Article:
This one is a huge one, and though it's an important factor in any relationship, the cultural difference makes this even more critical. Be honest with your partner about what your deal breakers are, what your limitations are, and what your expectations for the future are. When you’re young, it’s easy to think that love conquers all. If I were you, I would take this ideology, fold it up into a paper plane, and throw it straight into the trash can. Love is important, but a relationship solely built on love is less sustainable than the titanic.
As you begin to merge lives with your partner, you realize that you need to be on the same page about things that are important to the two of you. If you absolutely must raise your future children Jewish, and it’s important to your partner that your kids be raised Christian, what’s the solution? In many cultures, your spouse’s parents might live with you when they’re older. Is this something you’re okay with? Some cultures aren’t very “dating friendly”, so your significant other might not be able to introduce you to the family until you’ve decided to put a ring on it. Is that something you can deal with?
By discussing your future ideals and deal breakers, you’re managing your partner's current expectations of where the relationship will go. When you’ve both laid out what’s important to you, you have taken control of the narrative. If you aren’t transparent, you’re in theory eliminating the element of choice. You don’t have the choice to part ways due to differences on key issues, because you don’t even know that you have issues. Once everything is out on the table, both partners have the choice to work through certain things, or to part ways.
If there is one point I want you to take from this article, it’s to communicate. Asking questions can be intimidating, but that’s how you learn. Like I said earlier, people are complicated as is. So when you’re dealing with cultural differences, you have a whole new learning curve ahead of you. Embrace it. Even if you don’t end up with this person, you’ll have enriched your life by opening yourself up to an entirely new culture and experience.
I’ve made a list of potential discussion points for different situations you might encounter - I hope this helps, and good luck! We would love to hear your feedback on Instagram at @thisisuproar.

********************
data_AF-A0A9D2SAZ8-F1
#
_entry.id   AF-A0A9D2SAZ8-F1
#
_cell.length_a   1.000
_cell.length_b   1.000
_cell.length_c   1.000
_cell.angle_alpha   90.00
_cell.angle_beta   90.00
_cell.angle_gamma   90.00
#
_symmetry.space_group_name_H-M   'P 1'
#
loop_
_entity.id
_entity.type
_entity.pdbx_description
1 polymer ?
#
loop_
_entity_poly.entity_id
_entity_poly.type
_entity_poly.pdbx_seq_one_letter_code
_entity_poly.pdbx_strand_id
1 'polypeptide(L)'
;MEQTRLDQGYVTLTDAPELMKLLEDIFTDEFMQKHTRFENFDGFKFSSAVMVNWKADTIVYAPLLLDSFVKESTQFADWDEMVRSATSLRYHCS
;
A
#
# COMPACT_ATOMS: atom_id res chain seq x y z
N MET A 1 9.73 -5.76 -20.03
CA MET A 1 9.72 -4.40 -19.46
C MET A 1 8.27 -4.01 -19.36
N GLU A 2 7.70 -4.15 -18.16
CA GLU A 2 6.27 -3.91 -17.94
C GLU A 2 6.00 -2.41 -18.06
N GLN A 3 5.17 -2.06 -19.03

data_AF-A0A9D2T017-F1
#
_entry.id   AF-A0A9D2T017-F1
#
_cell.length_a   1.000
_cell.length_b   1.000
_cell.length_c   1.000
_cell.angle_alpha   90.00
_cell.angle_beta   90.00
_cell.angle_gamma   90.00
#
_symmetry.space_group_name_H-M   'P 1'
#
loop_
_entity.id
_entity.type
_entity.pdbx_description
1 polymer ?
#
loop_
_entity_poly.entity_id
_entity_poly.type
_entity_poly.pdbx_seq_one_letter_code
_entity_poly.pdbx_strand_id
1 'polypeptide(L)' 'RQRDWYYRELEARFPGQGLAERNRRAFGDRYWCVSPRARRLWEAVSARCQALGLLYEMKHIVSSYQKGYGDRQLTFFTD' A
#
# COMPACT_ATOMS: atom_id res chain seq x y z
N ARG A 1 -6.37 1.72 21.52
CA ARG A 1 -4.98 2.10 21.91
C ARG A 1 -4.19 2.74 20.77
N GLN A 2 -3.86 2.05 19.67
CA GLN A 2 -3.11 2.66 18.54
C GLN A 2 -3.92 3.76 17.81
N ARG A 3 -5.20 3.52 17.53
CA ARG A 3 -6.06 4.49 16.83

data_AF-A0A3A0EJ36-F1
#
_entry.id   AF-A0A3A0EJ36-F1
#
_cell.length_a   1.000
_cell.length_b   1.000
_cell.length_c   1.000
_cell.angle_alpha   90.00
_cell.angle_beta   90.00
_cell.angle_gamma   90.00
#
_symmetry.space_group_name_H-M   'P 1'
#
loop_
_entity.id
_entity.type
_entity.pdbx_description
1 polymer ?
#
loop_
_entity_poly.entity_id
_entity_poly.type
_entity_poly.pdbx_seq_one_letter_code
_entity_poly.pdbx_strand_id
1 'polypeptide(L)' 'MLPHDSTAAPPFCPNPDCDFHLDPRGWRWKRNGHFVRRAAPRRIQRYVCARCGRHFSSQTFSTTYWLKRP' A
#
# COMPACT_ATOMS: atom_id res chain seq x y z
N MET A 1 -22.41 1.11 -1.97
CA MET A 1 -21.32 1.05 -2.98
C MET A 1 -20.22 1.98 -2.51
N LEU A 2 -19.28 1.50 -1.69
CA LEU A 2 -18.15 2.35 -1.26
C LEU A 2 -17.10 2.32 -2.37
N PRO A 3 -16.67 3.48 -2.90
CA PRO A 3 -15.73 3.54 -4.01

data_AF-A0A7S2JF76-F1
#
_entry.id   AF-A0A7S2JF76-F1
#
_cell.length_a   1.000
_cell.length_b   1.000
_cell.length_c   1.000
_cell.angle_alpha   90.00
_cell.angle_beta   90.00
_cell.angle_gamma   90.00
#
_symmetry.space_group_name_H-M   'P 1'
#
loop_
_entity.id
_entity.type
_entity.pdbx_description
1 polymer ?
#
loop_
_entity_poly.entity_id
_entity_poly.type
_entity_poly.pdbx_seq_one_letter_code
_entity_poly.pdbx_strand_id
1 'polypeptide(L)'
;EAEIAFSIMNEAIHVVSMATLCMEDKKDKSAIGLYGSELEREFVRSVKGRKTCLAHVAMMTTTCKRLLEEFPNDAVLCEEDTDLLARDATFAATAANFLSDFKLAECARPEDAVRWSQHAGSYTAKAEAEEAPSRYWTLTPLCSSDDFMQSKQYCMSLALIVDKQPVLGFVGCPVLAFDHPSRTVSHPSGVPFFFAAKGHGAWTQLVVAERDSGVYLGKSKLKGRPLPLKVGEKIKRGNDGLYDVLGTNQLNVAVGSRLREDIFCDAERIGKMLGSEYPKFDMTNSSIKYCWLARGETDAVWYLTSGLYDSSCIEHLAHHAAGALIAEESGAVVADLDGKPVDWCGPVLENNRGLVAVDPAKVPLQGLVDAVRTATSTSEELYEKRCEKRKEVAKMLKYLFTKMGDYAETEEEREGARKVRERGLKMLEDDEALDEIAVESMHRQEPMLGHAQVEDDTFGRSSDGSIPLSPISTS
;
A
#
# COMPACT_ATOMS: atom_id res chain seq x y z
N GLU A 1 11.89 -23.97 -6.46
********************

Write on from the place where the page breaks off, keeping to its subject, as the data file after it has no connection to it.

Discussion topics/talking points to get to know your partner's background and experience:
What was it like visiting your home country (or parents’ home country)?
Was it hard learning another language?
What are your grandparents like?
Do you think your cultural background has influenced your political beliefs?
What were your friends like growing up?
Were you involved in your religious organization when you were younger?
Describe your culture to me in five words.
What are your parents like?
What are the similarities/differences between our cultures?
What was your favorite thing to eat growing up?
How was your high school experience? College?
What is your relationship with your parents like?
Discussion topics for understanding conflict:
Do you think there could be a cultural barrier right now preventing me from understanding why you might be upset right now?
Can you please explain to me why this matters to you, so I can better understand it?
Here is my stance on this issue and why. Do you think this is something we will be able to overcome?
How did your family typically resolve conflict growing up?
Does it frustrate you when I can’t understand your background? Does it frustrate you when you can’t understand mine?
Discussion topics for managing each other’s expectations:
How big of a role do you see religion playing in your family life when you settle down?
Are your parents/family okay with you being with someone outside of your culture?
When do you typically introduce your boyfriends/girlfriends to your family?
How do you want to raise your children?
What should I expect when I meet your family?
Do you see yourself settling down with someone who comes from a different background?
How do you think our relationship will be viewed by your community? Are you ready for that?
Do you think you’ll ever move back to your home country?
What are your views on gender roles?